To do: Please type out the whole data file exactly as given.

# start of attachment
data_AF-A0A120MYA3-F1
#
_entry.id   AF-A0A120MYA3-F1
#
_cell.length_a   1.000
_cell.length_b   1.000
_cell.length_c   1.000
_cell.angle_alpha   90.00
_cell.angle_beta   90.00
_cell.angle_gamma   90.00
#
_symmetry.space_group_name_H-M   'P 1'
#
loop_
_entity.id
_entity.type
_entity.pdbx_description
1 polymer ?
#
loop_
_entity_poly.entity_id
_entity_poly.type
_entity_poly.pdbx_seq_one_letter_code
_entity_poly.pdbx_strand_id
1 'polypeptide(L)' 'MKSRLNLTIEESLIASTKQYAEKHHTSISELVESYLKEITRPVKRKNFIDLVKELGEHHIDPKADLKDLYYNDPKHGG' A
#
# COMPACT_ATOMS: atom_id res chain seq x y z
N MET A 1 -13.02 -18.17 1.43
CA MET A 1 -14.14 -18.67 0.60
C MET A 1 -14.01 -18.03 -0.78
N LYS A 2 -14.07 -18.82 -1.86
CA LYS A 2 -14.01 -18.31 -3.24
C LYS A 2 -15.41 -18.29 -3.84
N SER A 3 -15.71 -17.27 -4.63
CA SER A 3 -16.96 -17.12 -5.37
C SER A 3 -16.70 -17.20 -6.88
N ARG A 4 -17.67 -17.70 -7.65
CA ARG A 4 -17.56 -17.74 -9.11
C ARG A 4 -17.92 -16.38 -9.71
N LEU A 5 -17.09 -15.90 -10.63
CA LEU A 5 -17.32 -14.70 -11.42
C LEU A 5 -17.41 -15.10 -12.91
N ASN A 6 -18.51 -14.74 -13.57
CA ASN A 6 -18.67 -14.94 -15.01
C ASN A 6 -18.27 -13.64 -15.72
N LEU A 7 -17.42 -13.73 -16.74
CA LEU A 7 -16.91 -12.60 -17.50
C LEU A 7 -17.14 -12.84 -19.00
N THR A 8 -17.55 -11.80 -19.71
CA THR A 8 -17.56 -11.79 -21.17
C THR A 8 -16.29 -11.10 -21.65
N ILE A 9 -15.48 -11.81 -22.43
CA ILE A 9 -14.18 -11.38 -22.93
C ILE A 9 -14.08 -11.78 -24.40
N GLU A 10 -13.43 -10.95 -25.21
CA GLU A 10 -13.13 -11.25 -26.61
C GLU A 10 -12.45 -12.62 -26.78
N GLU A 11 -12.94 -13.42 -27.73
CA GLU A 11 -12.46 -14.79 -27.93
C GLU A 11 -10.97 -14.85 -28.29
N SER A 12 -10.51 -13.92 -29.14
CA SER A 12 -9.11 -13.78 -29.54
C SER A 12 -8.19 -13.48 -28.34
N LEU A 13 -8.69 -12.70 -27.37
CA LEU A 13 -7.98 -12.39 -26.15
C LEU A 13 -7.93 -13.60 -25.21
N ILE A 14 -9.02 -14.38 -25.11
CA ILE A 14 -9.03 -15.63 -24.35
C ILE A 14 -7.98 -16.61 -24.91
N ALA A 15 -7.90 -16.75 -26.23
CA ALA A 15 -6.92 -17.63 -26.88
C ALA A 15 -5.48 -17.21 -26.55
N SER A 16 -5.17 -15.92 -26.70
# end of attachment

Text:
data_AF-A0A120MYA3-F1
#
_entry.id   AF-A0A120MYA3-F1
#
_cell.length_a   1.000
_cell.length_b   1.000
_cell.length_c   1.000
_cell.angle_alpha   90.00
_cell.angle_beta   90.00
_cell.angle_gamma   90.00
#
_symmetry.space_group_name_H-M   'P 1'
#
loop_
_entity.id
_entity.type
_entity.pdbx_description
1 polymer ?
#
loop_
_entity_poly.entity_id
_entity_poly.type
_entity_poly.pdbx_seq_one_letter_code
_entity_poly.pdbx_strand_id
1 'polypeptide(L)' 'MKSRLNLTIEESLIASTKQYAEKHHTSISELVESYLKEITRPVKRKNFIDLVKELGEHHIDPKADLKDLYYNDPKHGG' A
#
# COMPACT_ATOMS: atom_id res chain seq x y z
N MET A 1 -13.02 -18.17 1.43
CA MET A 1 -14.14 -18.67 0.60
C MET A 1 -14.01 -18.03 -0.78
N LYS A 2 -14.07 -18.82 -1.86
CA LYS A 2 -14.01 -18.31 -3.24
C LYS A 2 -15.41 -18.29 -3.84
N SER A 3 -15.71 -17.27 -4.63
CA SER A 3 -16.96 -17.12 -5.37
C SER A 3 -16.70 -17.20 -6.88
N ARG A 4 -17.67 -17.70 -7.65
CA ARG A 4 -17.56 -17.74 -9.11
C ARG A 4 -17.92 -16.38 -9.71
N LEU A 5 -17.09 -15.90 -10.63
CA LEU A 5 -17.32 -14.70 -11.42
C LEU A 5 -17.41 -15.10 -12.91
N ASN A 6 -18.51 -14.74 -13.57
CA ASN A 6 -18.67 -14.94 -15.01
C ASN A 6 -18.27 -13.64 -15.72
N LEU A 7 -17.42 -13.73 -16.74
CA LEU A 7 -16.91 -12.60 -17.50
C LEU A 7 -17.14 -12.84 -19.00
N THR A 8 -17.55 -11.80 -19.71
CA THR A 8 -17.56 -11.79 -21.17
C THR A 8 -16.29 -11.10 -21.65
N ILE A 9 -15.48 -11.81 -22.43
CA ILE A 9 -14.18 -11.38 -22.93
C ILE A 9 -14.08 -11.78 -24.40
N GLU A 10 -13.43 -10.95 -25.21
CA GLU A 10 -13.13 -11.25 -26.61
C GLU A 10 -12.45 -12.62 -26.78
N GLU A 11 -12.94 -13.42 -27.73
CA GLU A 11 -12.46 -14.79 -27.93
C GLU A 11 -10.97 -14.85 -28.29
N SER A 12 -10.51 -13.92 -29.14
CA SER A 12 -9.11 -13.78 -29.54
C SER A 12 -8.19 -13.48 -28.34
N LEU A 13 -8.69 -12.70 -27.37
CA LEU A 13 -7.98 -12.39 -26.15
C LEU A 13 -7.93 -13.60 -25.21
N ILE A 14 -9.02 -14.38 -25.11
CA ILE A 14 -9.03 -15.63 -24.35
C ILE A 14 -7.98 -16.61 -24.91
N ALA A 15 -7.90 -16.75 -26.23
CA ALA A 15 -6.92 -17.63 -26.88
C ALA A 15 -5.48 -17.21 -26.55
N SER A 16 -5.17 -15.92 -26.70